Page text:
This success meant that Asia ran a current account surplus with the rest of the world, but mostly with the US. With rising incomes and savings, Asia became a net lender to the world, further stimulating global growth as domestic investments, an emerging middle class and demand took most of Asia to middle-income levels.

But these excessive savings were never properly intermediated within Asia. Instead, they were parked in New York and London, returning to Asia in the form of foreign direct investment or portfolio investments. Fundamentally, Asia did not upgrade its bank-dominated system of using short-term deposits to fund long-term investments. Despite an ageing population, the level of long-term pension and insurance funds, and therefore the institutionalisation of long-term savings, remained small compared with the banking system.

Much of this has to do with a penchant for low interest rate policies. Excessively low interest rates meant investments did not necessarily go to the best type of funds, while speculation in asset bubbles became more profitable than upgrading total factor productivity.

China's stock market gyrations this year symbolise the contradictions within Asia's financial system. The market should be the source of long-term equity needed to give the whole economy an equity cushion against overleveraged fragilities. Yet, it became a casino for retail punters with margin funding.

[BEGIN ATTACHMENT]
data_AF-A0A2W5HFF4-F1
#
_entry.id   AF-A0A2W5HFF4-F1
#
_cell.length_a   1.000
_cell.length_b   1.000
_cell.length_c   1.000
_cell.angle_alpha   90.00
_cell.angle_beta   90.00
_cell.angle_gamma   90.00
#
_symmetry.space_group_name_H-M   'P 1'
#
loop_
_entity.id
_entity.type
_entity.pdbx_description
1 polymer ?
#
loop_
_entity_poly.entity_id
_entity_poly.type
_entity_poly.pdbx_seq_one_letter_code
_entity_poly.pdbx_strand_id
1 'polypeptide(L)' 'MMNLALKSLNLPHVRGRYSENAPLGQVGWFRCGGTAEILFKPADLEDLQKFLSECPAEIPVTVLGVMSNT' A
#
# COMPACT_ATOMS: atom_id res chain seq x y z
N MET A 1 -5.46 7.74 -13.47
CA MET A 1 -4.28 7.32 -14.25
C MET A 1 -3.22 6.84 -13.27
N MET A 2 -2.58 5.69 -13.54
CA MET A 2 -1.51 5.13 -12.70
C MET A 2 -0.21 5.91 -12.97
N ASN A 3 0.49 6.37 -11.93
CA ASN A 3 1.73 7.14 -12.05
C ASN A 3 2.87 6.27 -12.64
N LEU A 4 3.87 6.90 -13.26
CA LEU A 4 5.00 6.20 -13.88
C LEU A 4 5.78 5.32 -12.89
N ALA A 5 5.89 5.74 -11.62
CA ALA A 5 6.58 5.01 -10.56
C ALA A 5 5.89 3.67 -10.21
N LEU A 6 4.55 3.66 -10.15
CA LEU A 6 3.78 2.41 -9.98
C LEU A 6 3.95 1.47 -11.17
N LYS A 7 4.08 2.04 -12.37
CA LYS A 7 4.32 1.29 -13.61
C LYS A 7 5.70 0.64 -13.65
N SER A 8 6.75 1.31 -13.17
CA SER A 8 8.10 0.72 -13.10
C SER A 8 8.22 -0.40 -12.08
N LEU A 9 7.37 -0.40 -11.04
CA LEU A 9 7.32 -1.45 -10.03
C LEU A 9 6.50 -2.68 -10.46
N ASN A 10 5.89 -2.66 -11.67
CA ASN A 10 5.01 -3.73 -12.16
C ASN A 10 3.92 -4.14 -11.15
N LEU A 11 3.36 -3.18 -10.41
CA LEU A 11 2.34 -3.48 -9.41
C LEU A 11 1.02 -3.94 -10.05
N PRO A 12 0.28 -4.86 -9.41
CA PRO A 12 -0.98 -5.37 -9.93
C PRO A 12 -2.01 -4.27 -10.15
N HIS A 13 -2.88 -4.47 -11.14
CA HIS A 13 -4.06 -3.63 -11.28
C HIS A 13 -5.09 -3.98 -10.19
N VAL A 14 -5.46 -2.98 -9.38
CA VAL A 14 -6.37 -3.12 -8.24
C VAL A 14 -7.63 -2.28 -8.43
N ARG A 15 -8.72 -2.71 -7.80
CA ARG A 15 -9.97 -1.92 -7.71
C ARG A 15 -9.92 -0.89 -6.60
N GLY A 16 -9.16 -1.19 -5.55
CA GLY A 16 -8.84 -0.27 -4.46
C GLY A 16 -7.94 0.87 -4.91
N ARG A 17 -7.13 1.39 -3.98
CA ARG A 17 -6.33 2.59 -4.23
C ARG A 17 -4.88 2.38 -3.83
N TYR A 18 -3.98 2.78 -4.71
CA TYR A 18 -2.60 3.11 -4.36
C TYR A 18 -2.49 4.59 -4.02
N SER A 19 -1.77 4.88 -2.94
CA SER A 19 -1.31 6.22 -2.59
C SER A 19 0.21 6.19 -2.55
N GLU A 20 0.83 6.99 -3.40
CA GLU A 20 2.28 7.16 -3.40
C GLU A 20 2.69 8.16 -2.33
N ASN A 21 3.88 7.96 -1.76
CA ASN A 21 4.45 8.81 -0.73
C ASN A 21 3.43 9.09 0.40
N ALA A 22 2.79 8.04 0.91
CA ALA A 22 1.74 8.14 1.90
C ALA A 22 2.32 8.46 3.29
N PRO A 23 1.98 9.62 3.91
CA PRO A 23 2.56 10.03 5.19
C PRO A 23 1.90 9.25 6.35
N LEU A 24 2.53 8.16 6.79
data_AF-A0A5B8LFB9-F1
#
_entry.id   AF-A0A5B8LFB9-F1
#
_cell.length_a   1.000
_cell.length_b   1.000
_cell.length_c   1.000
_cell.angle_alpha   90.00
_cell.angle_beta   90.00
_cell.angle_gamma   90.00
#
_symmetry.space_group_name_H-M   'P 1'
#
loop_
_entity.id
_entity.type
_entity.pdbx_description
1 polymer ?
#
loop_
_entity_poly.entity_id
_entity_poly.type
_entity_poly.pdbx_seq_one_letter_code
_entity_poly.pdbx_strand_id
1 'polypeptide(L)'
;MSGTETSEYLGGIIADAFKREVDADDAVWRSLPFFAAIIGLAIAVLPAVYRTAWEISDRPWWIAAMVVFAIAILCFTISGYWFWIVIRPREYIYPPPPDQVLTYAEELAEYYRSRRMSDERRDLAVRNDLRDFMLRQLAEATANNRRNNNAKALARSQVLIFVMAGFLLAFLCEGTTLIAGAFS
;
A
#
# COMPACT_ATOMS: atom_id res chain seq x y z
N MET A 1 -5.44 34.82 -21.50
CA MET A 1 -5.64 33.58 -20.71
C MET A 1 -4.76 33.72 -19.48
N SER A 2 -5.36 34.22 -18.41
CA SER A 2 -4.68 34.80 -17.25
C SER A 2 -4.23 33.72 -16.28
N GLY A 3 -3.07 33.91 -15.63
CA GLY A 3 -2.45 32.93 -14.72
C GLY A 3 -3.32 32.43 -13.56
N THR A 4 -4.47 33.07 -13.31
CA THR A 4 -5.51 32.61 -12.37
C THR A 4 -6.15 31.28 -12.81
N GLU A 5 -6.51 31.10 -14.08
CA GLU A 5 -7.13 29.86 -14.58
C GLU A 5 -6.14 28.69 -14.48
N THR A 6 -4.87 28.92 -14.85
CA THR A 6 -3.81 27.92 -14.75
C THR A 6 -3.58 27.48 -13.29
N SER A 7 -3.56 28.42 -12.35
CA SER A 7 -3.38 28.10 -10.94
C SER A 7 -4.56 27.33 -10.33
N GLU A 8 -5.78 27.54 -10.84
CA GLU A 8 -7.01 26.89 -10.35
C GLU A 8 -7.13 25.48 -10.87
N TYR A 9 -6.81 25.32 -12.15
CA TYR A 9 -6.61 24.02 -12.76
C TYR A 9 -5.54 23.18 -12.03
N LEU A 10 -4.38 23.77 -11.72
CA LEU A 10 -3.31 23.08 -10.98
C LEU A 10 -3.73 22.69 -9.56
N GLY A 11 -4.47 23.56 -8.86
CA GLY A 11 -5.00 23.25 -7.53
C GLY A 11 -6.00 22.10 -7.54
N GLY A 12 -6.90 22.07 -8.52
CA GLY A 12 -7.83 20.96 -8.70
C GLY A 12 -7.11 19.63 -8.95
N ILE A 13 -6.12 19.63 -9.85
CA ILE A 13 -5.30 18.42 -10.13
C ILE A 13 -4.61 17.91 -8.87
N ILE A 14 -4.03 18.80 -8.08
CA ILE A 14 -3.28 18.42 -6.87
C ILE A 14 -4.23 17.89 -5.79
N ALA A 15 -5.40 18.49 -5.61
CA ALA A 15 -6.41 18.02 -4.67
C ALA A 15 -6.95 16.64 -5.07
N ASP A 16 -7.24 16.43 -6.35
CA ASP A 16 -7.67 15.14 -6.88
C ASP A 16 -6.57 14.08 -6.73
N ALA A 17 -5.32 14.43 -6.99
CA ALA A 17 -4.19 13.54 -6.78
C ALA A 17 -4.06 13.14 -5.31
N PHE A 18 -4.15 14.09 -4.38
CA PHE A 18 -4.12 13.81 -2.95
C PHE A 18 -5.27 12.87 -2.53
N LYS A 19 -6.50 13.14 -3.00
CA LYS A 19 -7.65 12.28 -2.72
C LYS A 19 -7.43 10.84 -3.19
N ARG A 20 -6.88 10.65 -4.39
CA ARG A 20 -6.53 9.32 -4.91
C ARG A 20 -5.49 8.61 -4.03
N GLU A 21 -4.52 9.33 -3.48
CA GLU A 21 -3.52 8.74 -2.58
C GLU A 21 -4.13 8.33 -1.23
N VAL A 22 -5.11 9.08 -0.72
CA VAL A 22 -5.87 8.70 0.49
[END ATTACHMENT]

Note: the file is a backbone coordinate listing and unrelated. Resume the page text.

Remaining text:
This is why the Fed's decision on raising interest rates has so much impact on the future of Asian finance. Capital outflows back to New York and London are expected to occur precisely because, as Asian excess savings unwind, interest rates will adjust upwards and Asian asset bubbles will accordingly also unwind.

The irony of Asian growth is that while Asians think long term, their institutional framework remains distinctly short term. Asian pension and insurance funds remain too small and lack the firepower and imagination to be market stabilisers.

The Japanese pension system is the classic example of Asian institutional weakness. By putting the bulk of its savings in domestic government bonds, the system is trapped in terms of returns, since the large Japanese fiscal deficit and debt overhang can only be sustained by low interest rates. We then have the world's largest net saver becoming the largest borrower, owing everything to itself. Can the right hand of an ageing person rescue the left hand? Over any demographic cycle, it is the young who will support the old, so one must invest in the young for the future to be bright.

The future of Asian finance is less a technical issue and more a mindset problem. Unless Asian policymakers start thinking more about long-term funding for its young, it will continue to be subject to the whims of monetary policy decisions in Washington DC.

Andrew Sheng writes on global issues from an Asian perspective